Corbyn himself has said this is an issue people can campaign on, so that we all hear and understand each other.
You can’t campaign in silence
A consequence of all that is that I need to change my personal direction – and the buttons on me blog. I am standing down as a CLP officer next week, and bringing 90% of my political effort back where it was before we all piled in to support Jeremy Corbyn’s leadership bid. That does not mean I don’t support Corbyn’s Labour. You’d be mad not to, when the likely alternative is a Tory govt that couldn’t look after us all even if it wanted to.
From now on, I hope to spend a lot of my time, and blog space, on books by women, books about women, and books about women by women, until everyone knows what we’re on about, and why.
A happy noise
That’s where the unity comes in. Women working together do not all agree. They never did and they never will. After two years spent deeply in cahoots with Corbynite socialists to establish the new, anti-austerity, pro-public ownership Labour Party, I moved into working with women’s groups – groups made up of women from all the fantastically various factions of Labour, women from the Green Party, even some (gasp) women who aren’t in any political parties and, do you know what? We get along!
People talk about divisions on the left – well, those are natural and human disagreements, not divisions. Why should we all be the same? That would be tedious. Left, right, or upside down on a Thursday, on the whole, women are better at dealing with difference than men. (Not always. That’s the thing about averages. I’ve learned a lot in the last two years, about dealing with difficulties between people, from our party chair, who is a man of the male persuasion. That doesn’t alter the fact that, in general, women are better at dealing with difference than men are.)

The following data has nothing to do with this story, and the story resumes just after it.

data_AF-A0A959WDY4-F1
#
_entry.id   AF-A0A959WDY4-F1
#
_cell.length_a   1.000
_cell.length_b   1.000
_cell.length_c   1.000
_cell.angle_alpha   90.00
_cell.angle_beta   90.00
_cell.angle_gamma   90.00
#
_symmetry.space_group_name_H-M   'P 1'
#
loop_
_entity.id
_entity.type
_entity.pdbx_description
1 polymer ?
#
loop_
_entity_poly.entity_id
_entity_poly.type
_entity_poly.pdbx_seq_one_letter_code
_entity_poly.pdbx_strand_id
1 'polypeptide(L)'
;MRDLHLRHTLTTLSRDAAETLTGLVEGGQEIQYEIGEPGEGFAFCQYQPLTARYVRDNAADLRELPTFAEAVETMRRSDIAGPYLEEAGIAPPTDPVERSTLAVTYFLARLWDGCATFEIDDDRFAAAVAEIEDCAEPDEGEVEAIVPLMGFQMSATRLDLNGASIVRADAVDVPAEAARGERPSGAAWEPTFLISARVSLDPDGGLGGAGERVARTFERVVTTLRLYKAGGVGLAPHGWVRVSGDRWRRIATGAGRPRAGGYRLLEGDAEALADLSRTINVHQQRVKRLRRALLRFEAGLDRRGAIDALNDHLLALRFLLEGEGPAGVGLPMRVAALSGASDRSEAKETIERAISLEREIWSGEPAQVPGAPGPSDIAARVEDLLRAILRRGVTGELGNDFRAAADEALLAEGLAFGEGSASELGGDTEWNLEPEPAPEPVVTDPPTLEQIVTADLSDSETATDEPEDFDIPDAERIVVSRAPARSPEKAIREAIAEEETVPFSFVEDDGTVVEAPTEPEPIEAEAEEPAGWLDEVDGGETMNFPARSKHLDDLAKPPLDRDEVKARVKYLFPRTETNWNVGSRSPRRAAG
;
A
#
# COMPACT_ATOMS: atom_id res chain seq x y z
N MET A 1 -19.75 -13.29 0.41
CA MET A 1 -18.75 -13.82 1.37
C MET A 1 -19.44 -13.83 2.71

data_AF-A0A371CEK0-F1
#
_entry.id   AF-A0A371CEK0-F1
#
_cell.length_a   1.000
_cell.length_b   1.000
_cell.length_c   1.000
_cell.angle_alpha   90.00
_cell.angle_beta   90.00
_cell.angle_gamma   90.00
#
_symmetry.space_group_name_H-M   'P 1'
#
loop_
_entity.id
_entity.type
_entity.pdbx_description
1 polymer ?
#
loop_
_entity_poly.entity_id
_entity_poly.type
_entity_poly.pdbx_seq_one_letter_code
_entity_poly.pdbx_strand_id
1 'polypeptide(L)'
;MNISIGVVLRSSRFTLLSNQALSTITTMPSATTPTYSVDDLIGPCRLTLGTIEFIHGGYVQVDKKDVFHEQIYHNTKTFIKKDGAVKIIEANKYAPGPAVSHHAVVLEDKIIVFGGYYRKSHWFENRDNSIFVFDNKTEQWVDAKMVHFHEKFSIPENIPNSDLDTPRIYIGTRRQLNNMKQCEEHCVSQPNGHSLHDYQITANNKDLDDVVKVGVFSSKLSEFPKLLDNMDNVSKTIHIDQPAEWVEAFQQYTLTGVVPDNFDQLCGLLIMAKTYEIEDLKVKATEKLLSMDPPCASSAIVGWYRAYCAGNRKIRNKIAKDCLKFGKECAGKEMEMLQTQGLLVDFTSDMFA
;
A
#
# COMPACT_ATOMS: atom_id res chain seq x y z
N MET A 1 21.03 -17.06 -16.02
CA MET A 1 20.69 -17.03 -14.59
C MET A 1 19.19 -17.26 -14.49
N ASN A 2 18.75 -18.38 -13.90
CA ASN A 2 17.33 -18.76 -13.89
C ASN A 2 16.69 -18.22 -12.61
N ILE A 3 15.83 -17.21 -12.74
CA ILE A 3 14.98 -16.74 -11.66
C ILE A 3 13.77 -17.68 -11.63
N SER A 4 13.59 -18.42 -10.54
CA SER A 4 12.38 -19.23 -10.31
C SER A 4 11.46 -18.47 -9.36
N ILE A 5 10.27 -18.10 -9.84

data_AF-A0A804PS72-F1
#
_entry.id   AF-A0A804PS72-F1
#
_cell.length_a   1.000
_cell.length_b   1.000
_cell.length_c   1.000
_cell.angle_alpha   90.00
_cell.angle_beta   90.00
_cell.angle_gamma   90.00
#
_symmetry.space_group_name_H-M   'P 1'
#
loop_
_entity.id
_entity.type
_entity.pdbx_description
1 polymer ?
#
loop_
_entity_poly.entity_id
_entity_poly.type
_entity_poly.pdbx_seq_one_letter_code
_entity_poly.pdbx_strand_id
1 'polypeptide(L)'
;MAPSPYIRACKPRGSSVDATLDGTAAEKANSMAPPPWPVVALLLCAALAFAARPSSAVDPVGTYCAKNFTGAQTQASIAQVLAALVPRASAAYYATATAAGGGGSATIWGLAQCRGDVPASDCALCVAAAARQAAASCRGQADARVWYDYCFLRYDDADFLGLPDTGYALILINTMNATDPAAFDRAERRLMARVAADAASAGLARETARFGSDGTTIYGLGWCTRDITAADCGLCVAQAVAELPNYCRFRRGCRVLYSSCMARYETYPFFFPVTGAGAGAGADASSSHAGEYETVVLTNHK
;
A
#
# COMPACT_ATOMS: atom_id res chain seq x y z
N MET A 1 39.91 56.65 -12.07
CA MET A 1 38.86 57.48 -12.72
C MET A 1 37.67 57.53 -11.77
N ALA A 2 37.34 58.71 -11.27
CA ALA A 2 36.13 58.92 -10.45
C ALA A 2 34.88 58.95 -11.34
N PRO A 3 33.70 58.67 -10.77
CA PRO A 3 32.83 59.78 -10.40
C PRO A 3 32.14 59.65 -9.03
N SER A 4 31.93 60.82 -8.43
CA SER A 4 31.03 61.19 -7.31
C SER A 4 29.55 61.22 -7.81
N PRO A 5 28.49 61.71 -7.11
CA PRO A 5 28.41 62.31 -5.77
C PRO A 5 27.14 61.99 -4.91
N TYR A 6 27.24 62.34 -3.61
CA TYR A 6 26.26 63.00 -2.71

Disagreements between women may be noisy but, as far as I know, they’ve never led to high-tech, country-flattening, commercially funded wars. We need more women in politics, so we can make politics more female in style – if you are un-afraid, arguments are not dangerous. They are better than silence, and always better than wars. Yippee, I’ve switched off the ‘politics here, books there’ button – life just got a bit less snarly!
Click here for Transgender Trend’s Resource Pack for Schools
The Featured Books
(No, they’re not all about the trans issue – in fact none of them are – they are about women, life, and everything but they’re good books that really help.)
The Adventures of Penelope Toomey and other stories
2 responses to “On achieving unity in the midst of battle”
Excellent blog Kay – totally identify with so much of that. Sharing it…. Thanks 🙂
LikeLiked by 1 person
Thank you, too. 🙂